EU Labeling Debate at Fever Pitch

The Guardian (London)
July 2, 2002

Comment & Analysis: Analysis: GM at the crossroads: A crucial vote tomorrow
could determine the future of genetically modified food in Europe - and put
us on a collision course with the US

BY: John Vidal

As the British government begins what it calls a national debate on GM
foods, but which critics argue is a thinly-veiled massaging of the public to
accept them, Europe reaches a crossroads. After years of tortuous debate,
furious argument and heavy lobbying, the full parliament will vote tomorrow
on whether to tighten up the labelling of the controversial foods.

If the commission's proposals are eventually accepted, it could lead to the
US government taking Europe to the World Trade Organisation for allegedly
restraining trade and also appealing to the European court of human rights.
Both the biotech industry and its critics know what is at stake. The US
government has claimed that the labelling proposals could block more than
Dollars 4bn a year of food exports, and those who don't want to see the
spread of the crops recognise it will largely determine whether or not
European consumers buy the foods or if farmers grow them. Whichever way it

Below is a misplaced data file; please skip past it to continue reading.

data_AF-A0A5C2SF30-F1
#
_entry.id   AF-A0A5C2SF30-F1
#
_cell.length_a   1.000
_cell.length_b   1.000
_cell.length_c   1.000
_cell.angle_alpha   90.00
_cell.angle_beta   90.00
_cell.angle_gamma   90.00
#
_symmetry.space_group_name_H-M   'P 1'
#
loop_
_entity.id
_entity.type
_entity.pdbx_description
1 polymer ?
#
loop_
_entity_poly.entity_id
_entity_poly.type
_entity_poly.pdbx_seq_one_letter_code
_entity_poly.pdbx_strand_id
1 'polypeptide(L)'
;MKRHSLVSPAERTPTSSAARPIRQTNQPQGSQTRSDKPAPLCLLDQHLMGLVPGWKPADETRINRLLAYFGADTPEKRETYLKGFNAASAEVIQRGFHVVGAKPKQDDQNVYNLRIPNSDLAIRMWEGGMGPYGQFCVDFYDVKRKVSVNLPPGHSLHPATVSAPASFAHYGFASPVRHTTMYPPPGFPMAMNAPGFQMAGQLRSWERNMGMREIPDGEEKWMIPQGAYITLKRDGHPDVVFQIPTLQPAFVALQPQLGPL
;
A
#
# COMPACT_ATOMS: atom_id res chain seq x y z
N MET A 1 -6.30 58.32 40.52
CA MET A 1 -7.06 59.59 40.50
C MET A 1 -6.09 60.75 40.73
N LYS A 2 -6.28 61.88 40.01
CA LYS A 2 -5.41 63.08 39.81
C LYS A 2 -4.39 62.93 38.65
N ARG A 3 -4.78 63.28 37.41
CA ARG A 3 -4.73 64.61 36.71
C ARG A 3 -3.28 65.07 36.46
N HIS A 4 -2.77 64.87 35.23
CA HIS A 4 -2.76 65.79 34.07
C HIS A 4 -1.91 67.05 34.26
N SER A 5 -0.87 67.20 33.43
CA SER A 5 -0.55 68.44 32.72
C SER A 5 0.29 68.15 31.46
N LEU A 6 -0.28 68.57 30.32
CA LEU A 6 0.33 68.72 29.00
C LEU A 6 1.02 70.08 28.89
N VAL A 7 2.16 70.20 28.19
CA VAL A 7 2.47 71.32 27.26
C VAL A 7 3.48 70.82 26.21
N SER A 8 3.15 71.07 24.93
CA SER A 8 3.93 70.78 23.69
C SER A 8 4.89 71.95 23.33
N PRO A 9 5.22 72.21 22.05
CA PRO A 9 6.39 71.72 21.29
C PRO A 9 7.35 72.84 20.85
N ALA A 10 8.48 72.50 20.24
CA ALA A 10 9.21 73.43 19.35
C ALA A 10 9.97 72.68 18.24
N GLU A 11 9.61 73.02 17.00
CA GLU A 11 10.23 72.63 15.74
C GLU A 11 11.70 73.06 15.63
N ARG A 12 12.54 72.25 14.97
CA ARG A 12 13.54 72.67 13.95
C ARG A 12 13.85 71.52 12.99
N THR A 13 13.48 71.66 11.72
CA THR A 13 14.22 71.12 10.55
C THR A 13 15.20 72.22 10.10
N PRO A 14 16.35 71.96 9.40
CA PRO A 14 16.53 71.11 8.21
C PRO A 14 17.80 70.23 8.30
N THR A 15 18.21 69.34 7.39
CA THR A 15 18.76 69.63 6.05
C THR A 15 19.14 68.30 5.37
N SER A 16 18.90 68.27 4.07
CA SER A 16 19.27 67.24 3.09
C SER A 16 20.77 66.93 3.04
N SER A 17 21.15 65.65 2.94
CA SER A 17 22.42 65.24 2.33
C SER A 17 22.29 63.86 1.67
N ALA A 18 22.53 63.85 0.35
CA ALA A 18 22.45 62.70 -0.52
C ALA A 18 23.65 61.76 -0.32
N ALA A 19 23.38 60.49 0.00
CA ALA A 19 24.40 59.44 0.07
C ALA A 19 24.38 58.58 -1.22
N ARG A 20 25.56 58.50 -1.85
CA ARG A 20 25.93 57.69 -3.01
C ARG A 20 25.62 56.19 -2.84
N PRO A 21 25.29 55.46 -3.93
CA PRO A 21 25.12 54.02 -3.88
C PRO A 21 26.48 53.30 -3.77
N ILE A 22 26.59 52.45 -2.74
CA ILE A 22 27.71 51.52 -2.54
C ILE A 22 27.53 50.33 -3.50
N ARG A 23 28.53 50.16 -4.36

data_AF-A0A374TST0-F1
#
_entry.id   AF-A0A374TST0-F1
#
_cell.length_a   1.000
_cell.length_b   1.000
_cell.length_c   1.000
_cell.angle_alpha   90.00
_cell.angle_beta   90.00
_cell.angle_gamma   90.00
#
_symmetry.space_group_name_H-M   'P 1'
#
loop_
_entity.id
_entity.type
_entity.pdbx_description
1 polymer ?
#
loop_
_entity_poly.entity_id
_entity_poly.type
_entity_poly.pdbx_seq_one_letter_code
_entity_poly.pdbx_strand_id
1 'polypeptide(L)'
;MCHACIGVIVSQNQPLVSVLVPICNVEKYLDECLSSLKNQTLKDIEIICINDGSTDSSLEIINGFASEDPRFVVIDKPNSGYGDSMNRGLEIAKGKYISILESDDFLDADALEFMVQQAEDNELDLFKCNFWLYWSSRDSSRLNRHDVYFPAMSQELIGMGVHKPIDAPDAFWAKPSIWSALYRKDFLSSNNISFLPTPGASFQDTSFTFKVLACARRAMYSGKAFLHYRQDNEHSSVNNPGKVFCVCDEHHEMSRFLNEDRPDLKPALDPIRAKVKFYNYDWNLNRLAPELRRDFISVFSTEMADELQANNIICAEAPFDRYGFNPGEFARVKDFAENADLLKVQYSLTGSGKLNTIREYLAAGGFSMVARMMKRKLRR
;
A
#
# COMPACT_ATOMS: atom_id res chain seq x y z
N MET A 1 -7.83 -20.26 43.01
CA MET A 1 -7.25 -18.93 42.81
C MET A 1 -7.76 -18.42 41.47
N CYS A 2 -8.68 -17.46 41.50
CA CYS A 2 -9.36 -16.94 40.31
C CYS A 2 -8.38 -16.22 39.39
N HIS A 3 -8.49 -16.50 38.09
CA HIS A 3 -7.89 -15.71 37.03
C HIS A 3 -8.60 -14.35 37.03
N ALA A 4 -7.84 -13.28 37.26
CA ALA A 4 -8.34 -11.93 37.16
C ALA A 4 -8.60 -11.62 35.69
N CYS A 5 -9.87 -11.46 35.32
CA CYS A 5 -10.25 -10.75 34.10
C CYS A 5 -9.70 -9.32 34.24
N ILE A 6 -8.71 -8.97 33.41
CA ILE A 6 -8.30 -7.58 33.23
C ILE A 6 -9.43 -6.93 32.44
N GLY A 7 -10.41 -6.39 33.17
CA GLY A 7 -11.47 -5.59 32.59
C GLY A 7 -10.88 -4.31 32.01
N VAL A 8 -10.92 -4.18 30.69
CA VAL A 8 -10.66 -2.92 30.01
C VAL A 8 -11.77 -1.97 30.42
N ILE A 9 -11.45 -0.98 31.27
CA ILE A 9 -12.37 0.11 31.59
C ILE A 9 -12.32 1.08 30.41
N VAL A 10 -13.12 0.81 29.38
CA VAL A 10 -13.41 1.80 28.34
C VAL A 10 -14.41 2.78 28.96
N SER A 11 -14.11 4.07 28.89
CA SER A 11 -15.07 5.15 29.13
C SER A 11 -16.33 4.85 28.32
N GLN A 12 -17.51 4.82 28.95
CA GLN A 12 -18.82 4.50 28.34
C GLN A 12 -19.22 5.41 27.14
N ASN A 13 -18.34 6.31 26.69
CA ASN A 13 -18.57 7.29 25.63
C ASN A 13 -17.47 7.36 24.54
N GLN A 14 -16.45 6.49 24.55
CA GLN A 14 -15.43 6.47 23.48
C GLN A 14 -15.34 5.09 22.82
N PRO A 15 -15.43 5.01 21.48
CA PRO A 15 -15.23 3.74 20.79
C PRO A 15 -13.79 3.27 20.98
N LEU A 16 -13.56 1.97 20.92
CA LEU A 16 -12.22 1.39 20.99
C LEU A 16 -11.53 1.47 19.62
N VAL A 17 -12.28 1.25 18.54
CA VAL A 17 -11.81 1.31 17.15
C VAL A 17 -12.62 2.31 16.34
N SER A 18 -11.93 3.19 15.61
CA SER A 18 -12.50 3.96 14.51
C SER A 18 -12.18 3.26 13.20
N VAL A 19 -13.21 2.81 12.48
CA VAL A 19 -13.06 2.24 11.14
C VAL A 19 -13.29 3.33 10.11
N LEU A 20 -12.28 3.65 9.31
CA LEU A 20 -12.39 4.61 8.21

goes, it will lead to the lifting next year of the four-year de facto
moratorium on the commercial growing of GM crops in Europe. Current EU
regulations require the labelling only of foods or food ingredients which
contain 1% of genetically modified DNA or protein. These can be physically
tested, but it leaves unlabelled a vast number of processed products derived
from GM foods. Vegetable oils and glucose syrup, for instance, are widely
used in cakes, confectionery and soft drinks and may be made from GM maize,
but at the moment escape labelling.

The commission proposes not only that all GM derivatives are labelled but
that a second gap in the present system be plugged too. Tens of thousands of
tons of GM maize and soya are imported into Europe from the US each year to
be fed to poultry and other animals. The commission proposes that all GM
animal feed, and food reared on it, is labelled too.

These proposals horrify GM companies and US agri- business, which from the
start of the food revolution in 1995 have resisted GM labelling but have
been forced onto the back foot by public concern and legislators around the
world. The European status quo is now their fallback position. Any tighter
labelling regime, they and the US government argue, could further set back
their long campaign to have the foods accepted.

The British government, backed by the food standards agency, sides with the
Americans, saying that the proposed regulations would cost too much to
implement, would be unenforceable and open to fraud. They say labelling
should be confined to products that contain GM material which can be
verified by testing, and argue that there are no guarantees that the
proposed EU system would provide consumers with greater choice.

In addition, they say, EU traceability and labelling requirements should not
inhibit developing countries from developing GM technology. This could
become a barrier to trade for farmers in developing countries. Instead of